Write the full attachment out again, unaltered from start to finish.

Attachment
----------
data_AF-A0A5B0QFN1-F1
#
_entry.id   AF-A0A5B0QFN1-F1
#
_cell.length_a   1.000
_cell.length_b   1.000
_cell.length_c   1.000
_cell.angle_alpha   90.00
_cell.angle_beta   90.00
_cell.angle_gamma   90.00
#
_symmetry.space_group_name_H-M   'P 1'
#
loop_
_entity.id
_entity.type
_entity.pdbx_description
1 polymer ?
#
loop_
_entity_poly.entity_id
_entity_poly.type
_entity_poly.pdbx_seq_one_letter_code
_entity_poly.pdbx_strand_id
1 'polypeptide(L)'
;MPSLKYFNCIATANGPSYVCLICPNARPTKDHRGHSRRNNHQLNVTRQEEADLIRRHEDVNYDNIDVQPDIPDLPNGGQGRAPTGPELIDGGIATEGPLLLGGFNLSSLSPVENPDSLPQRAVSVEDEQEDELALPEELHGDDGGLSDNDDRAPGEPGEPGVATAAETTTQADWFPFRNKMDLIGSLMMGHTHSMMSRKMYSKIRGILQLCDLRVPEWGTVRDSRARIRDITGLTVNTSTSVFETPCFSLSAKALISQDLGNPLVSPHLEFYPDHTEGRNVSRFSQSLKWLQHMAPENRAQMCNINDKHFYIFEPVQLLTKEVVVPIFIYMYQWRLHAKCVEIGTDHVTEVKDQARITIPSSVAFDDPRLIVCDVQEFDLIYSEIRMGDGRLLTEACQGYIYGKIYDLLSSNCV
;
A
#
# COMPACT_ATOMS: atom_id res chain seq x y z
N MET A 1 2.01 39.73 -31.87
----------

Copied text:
data_AF-A0A5B0QFN1-F1
#
_entry.id   AF-A0A5B0QFN1-F1
#
_cell.length_a   1.000
_cell.length_b   1.000
_cell.length_c   1.000
_cell.angle_alpha   90.00
_cell.angle_beta   90.00
_cell.angle_gamma   90.00
#
_symmetry.space_group_name_H-M   'P 1'
#
loop_
_entity.id
_entity.type
_entity.pdbx_description
1 polymer ?
#
loop_
_entity_poly.entity_id
_entity_poly.type
_entity_poly.pdbx_seq_one_letter_code
_entity_poly.pdbx_strand_id
1 'polypeptide(L)'
;MPSLKYFNCIATANGPSYVCLICPNARPTKDHRGHSRRNNHQLNVTRQEEADLIRRHEDVNYDNIDVQPDIPDLPNGGQGRAPTGPELIDGGIATEGPLLLGGFNLSSLSPVENPDSLPQRAVSVEDEQEDELALPEELHGDDGGLSDNDDRAPGEPGEPGVATAAETTTQADWFPFRNKMDLIGSLMMGHTHSMMSRKMYSKIRGILQLCDLRVPEWGTVRDSRARIRDITGLTVNTSTSVFETPCFSLSAKALISQDLGNPLVSPHLEFYPDHTEGRNVSRFSQSLKWLQHMAPENRAQMCNINDKHFYIFEPVQLLTKEVVVPIFIYMYQWRLHAKCVEIGTDHVTEVKDQARITIPSSVAFDDPRLIVCDVQEFDLIYSEIRMGDGRLLTEACQGYIYGKIYDLLSSNCV
;
A
#
# COMPACT_ATOMS: atom_id res chain seq x y z
N MET A 1 2.01 39.73 -31.87